—Juan Pablo Mobili

Juan Pablo Mobili was born in Buenos Aires. His poems appeared, among other publications, in The American Journal of PoetryHanging Loose Press, and Paterson Literary Reviewas well as publications in Europe, Asia, Australia, and South America. He received multiple nominations for the Pushcart Prize, and his chapbook,  Contraband, was published in 2022.



First in Line

Without fail,

my father was first in line,
first in the voting booth,
the curtain embracing
his shoulders like a prayer shawl.
When he pulled the lever
to draw it open, the thud echoed
a menacing red J stamp.
At age ten,
I had not yet held
my father’s passport. 
That photograph that trapped
his unbearably magnified eyes
was tacked to the J page
with a circular staple,
the outer edge serrated, sharp.

                                                                        —Margaret Krell

Margaret Krell's poetry has been published in Amethyst Review, UU World and Voices, Journal of American Academy of Psychotherapists.. Her non-fiction has been published in The Boston Globe, The Providence Journal and The Washington Post and anthologized.. She holds an MFA from the Solstice MFA Program in Newton, Massachusetts.  For several years, she taught essay and memoir writing at various venues in the Boston area. Currently retired, she resides in Framingham, MA. 



from Subway Poems

11-4-19


The sun shines in my eyes
as I round the corner
onto 7th Ave. at 12:30.
It must be November,
the month my three brothers died.
Does the sun shining in my eyes
have anything to do
with my brothers’ deaths?
Does anything have to do with that?
I have to do with that.
I’m the common denominator
linking the blinding sun
and my brothers’ deaths.

                     ***

10-30-17

I look at the train on the opposite platform,
an F heading into “deep Brooklyn,”
with incomprehension.
Why incomprehension?
This is getting to be a laugh:
You can’t comprehend your incomprehension.
It wouldn’t be incomprehension if you could.

But let’s take a crack at it.
I no longer have the feeling
that the train going in the opposite direction
has nothing to do with me,
but I also don’t feel it has something to do with me.

                                                                                                      —Michael Ruby

Michael Ruby is a poet, literary editor and journalist. He is the author of eight poetry books, most recently Compulsive Words (BlazeVOX, 2010), American Songbook (Ugly Duckling, 2013), The Mouth of the Bay (BlazeVOX, 2019), The Star-Spangled Banner (Station Hill, 2020) and the forthcoming Close Your Eyes, Visions (Station Hill, 2024). His trilogy in prose and poetry, Memories, Dreams and Inner Voices (Station Hill, 2012), includes ebooks Fleeting Memories (Ugly Duckling, 2008), and Inner Voices Heard Before Sleep (Argotist Online, 2011). His other ebooks are Close Your Eyes (Argotist, 2018) and Titles & First Lines (Mudlark, 2018). He co-edited Bernadette Mayer’s early books, Eating the Colors of a Lineup of Words (Station Hill, 2015), and Mayer’s and Lewis Warsh’s collaboration Piece of Cake (Station Hill, 2020). He is currently co-editing a large selected poems of the late Steve Dalachinsky, and he is co-curator of the Station Hill Intermedia Project. He lives in Brooklyn and worked for many years as an editor of U.S. news and political articles at The Wall Street Journal.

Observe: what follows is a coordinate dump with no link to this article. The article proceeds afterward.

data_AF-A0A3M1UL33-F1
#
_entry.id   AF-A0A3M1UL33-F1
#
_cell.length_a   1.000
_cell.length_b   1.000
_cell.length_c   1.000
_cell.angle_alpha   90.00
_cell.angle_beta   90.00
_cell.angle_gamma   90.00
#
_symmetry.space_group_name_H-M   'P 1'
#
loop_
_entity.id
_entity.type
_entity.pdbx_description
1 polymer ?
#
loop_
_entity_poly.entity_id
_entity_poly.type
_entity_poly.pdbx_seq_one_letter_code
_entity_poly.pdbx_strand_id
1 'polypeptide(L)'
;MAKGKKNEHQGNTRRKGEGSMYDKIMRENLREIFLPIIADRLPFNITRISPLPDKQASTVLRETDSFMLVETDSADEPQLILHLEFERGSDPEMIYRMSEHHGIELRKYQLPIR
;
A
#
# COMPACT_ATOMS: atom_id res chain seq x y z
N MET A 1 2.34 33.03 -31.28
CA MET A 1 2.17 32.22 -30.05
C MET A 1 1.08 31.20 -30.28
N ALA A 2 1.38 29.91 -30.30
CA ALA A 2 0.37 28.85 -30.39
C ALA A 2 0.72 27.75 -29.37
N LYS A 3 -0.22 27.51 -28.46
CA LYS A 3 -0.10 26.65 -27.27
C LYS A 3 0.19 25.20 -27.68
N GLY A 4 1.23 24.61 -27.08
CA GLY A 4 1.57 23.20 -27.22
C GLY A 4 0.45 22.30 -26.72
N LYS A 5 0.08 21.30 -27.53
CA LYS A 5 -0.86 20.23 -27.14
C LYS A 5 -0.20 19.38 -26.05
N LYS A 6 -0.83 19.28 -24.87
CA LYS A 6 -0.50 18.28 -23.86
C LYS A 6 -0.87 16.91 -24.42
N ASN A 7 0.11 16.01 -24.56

Noguchi’s Brilliance
                                                                        

The clean, smooth and brilliant break on the side of the stone stands
before me in a nearly perfect gallery shimmering with a perfect halo.

It does not belie what has been exposed: streaks and veins of colors
that tell tales of the catastrophes, volcanoes, the clamoring of stones
on stones on an ocean floor for a millennia or two.

Now, the slant of sunlight reflects a clean cut, a polished surface
I run my palms over its surface: safe, no bumps or ridges, yet
it took a deliberate, violent attack to tame the stone, to awaken it,
to cope with it by any means ... destroying a pathway to pain
to make room for something new.

                                                                                                                                —Maria Lisella

Maria Lisella is still writing about travel and culture for anyone who pays her. The current Queens Poet Laureate, she is also an Academy of American Poets Fellow who has published Thieves in the Family (NYQ Books), and two chapbooks, Amore on Hope St. (Finishing Line Press) and Two Naked Feet (Poets Wear Prada) and is working on another collection coursing through  the poetry publishing pipeline.



Carpet

Dark blue, like the sky with the moon
the only light, other colors muted,

woven together into ancient ruins:
broken pottery, a touch of orchids,

the lotus flower in the center;
other branches, other blossoms

form the border, earth meets
mountains, some climb over each other,

some wander edge to edge
then fall off; clouds the color of earth,

earth the color of the dark blue sky,
the gates of the garden, broken to let us in.

                                                                                        —Michael Minassian

Michael Minassian is a Contributing Editor for Verse-Virtual, an online poetry journal. His poetry collections Time is Not a River, Morning Calm, and A Matter of Timing, as well as a new chapbook, Jack Pays a Visit, are all available on Amazon. For more information:

https://michaelminassian.com



Every Blade of Grass